The loss of her son motivates Englewood mother to take to the streets
Audrey Wright doesn't want another mother to go through what she went through.
"My son was shot down in a drive-by shooting. He left my house at 15 minutes to midnight. 12:01 he was shot. 12:49 he was dead…it was on 100th and Throop. And the mothers…people don't realize…never get over it," Wright says, pausing every few words.
"A real mother never gets over the pain. I've suffered this every day of my life. That was my only child, and it took me 10 years to have him. God gave him to me for 24 years, and if He didn't remove him, I would not be doing what I'm doing."
Two decades ago, Wright founded Gordie's Foundation, her work focused on trying to reshape her neighborhood and help other children. One of the ways this manifests is via The Englewood Summerfest Back to School Street Market, which has a dual purpose: helping mothers get their children ready for the school year, and showcasing positivity within the community.
"We bring together crisis intervention resources, connections, support, housing and other referral services for mothers of murdered children," says Gordie's Foundation Administrative Assistant Martha Jones, standing under a tent in the organization's parking lot to introduce three "prayer warriors" who blessed the vendors and residents walking along Ashland Avenue. But in addition to the resources, such as school supplies and haircuts for the young boys, it's also about "putting together a plain-old fun day outside, where people can relax and enjoy themselves."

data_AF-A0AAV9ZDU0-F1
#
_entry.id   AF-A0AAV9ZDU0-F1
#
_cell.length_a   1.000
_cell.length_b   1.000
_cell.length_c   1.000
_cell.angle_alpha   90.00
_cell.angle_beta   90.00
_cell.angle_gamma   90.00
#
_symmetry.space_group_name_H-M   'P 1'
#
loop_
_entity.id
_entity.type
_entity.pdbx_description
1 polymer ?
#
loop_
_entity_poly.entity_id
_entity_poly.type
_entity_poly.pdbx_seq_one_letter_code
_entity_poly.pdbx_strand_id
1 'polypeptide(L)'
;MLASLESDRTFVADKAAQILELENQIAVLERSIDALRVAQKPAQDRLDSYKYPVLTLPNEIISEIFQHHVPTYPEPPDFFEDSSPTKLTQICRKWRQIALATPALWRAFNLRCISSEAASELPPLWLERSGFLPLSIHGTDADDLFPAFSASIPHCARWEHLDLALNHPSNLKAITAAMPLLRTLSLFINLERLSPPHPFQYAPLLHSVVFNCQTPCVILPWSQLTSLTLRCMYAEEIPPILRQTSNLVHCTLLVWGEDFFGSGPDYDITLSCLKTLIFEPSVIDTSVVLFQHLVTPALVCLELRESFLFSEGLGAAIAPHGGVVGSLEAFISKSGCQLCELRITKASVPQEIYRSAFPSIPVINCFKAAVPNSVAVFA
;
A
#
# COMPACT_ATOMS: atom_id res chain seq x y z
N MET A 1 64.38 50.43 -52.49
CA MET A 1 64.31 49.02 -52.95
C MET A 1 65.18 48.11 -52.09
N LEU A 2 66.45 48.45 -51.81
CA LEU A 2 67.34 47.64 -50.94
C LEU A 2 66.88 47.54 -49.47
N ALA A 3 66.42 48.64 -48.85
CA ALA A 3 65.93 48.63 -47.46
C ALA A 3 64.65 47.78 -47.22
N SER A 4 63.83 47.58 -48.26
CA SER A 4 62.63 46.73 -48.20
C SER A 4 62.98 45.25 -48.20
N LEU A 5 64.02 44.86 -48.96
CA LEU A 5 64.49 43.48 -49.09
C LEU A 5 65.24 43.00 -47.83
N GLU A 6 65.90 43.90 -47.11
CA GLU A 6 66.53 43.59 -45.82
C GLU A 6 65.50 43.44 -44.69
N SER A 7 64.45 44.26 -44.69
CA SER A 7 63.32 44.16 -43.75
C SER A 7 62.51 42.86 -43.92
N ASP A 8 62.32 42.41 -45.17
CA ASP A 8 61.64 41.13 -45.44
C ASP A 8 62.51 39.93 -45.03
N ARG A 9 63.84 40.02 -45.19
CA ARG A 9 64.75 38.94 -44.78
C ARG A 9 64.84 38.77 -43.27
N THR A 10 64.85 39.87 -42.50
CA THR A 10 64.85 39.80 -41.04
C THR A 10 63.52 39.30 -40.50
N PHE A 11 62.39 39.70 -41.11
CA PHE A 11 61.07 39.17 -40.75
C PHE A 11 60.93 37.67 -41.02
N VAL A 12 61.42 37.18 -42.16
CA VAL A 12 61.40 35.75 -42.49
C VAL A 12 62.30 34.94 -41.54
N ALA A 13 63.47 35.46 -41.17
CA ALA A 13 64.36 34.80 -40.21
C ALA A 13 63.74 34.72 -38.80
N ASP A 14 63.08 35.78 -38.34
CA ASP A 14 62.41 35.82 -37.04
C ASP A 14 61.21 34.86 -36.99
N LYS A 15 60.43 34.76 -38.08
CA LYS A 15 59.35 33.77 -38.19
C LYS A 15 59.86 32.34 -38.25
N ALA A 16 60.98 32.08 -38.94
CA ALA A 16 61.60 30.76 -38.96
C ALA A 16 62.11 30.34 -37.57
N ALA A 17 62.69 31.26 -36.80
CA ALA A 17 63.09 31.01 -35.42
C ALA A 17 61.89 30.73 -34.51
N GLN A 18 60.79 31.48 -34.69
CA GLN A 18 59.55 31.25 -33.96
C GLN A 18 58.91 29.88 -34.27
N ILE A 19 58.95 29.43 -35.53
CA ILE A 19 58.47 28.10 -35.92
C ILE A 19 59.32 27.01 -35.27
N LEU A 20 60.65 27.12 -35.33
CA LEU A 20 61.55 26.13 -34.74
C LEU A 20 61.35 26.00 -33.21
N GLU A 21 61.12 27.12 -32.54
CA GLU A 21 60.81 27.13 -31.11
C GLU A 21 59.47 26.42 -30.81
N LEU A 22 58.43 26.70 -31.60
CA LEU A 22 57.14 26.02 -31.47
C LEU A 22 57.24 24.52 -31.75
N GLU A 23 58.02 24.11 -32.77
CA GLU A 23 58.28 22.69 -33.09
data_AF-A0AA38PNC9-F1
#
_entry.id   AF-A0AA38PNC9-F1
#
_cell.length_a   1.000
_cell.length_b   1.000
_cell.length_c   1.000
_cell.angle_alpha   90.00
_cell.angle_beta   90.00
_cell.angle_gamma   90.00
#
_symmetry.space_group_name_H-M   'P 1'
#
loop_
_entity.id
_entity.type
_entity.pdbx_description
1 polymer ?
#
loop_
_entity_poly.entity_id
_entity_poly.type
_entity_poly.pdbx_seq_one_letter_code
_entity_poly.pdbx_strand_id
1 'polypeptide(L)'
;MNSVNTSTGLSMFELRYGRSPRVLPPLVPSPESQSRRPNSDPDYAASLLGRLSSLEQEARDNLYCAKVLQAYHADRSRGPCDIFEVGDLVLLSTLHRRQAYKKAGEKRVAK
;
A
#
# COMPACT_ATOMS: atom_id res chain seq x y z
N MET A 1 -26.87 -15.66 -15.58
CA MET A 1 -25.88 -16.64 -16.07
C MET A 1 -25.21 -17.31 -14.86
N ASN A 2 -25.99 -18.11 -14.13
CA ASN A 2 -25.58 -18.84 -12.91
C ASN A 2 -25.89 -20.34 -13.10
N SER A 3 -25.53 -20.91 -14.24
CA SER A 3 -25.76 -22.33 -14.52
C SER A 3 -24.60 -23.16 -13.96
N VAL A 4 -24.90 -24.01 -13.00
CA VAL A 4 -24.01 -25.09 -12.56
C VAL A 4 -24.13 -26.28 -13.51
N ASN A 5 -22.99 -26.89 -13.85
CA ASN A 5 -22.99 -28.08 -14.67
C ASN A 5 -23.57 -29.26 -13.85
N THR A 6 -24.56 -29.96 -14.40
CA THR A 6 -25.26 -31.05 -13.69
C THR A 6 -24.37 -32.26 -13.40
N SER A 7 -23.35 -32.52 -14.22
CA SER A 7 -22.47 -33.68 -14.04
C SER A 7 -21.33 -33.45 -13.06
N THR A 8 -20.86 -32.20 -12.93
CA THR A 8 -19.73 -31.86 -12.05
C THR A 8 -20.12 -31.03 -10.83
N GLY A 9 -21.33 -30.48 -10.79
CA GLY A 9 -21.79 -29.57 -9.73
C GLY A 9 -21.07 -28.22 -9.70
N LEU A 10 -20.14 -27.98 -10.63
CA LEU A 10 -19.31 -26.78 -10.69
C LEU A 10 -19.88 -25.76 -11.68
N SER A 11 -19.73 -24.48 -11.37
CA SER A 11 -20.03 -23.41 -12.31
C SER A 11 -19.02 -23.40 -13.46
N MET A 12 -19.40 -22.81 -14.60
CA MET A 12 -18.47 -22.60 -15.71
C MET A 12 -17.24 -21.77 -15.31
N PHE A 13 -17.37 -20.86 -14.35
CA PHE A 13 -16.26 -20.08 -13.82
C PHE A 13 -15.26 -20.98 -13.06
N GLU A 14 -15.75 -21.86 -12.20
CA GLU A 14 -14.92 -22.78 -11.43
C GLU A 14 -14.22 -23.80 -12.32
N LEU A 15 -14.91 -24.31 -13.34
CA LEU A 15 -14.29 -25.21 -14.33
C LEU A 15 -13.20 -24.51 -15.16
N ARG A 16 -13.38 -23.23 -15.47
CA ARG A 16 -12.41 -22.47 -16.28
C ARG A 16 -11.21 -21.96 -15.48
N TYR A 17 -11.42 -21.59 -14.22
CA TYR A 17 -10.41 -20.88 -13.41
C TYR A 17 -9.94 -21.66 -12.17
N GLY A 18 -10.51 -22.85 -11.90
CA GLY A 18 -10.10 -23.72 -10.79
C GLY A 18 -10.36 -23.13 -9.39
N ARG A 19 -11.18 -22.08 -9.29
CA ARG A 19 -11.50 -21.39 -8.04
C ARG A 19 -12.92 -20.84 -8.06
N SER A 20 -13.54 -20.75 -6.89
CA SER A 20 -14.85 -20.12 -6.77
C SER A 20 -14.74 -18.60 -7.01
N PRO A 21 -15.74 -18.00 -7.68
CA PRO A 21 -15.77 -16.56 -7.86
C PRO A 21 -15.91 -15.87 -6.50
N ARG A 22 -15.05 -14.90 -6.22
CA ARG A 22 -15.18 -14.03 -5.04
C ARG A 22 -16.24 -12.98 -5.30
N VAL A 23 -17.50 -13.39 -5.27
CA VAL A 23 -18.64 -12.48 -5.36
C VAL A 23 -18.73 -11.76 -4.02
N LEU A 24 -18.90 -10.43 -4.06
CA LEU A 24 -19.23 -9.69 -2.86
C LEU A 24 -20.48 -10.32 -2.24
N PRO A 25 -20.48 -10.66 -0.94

The Summerfest also featured gospel singers, and guest speakers Tio Hardiman, Gwen Backer, 15th Ward Alderman Raymond Lopez and former Harlem Globetrotter Paul "Showtime" Gaffney.
"They talk about Chicago being a war zone, and imply that people don't care, and that's not true," said Gaffney, who wanted to be a part of the event based on the strength of Gordie's Foundation's work. "Yes, there is violence, but there are a lot of people who want better for their community, people who are fighting against the violence and looking for something better."
"In the media, they push that no one cares, that it's a free-for-all; that's what gets reported, but when you know and see that people, that's not it at all. I love the Windy City, and the heartbreak of what's being reported compelled me, as a human being, to be with the city," Gaffney added.
After speaking with many of the mothers who attended, Gaffney remains in awe of their resilience, commenting on their passion and strength.
"It's hard being a parent: You don't think about living longer than your child. So you form a group to help other mothers who have gone through that, to try to make sure there are no other victims. They could just grieve and think about what's been taken from them, but they use their experience to help other people, to create a force to so it doesn't happen anymore. They're not being victims even though they've been victimized."
"They won't let the streets take both their children and them," he said.
One would be hard-pressed to find a better example of a mother never giving up than Audrey Wright. So while she once used her skills with the sewing machine to spice up her outfits or create hospital scrubs and choir robes, she's now focused on stitching together her community, for its collective soul.
"This event is about mothers of murdered children, and I am one of those mothers. I've been here for 20 years helping the community, taking young men with guns off the streets and putting tools in their hands. That's what I'm about, getting out in the streets, talking to gang bangers, pulling in the leaders."
"I wasn't scared then and I'm still not scared," Wright avows.
This is a story about the Community Safety and Peace strategy of the Partnership for Safe and Peaceful Communities.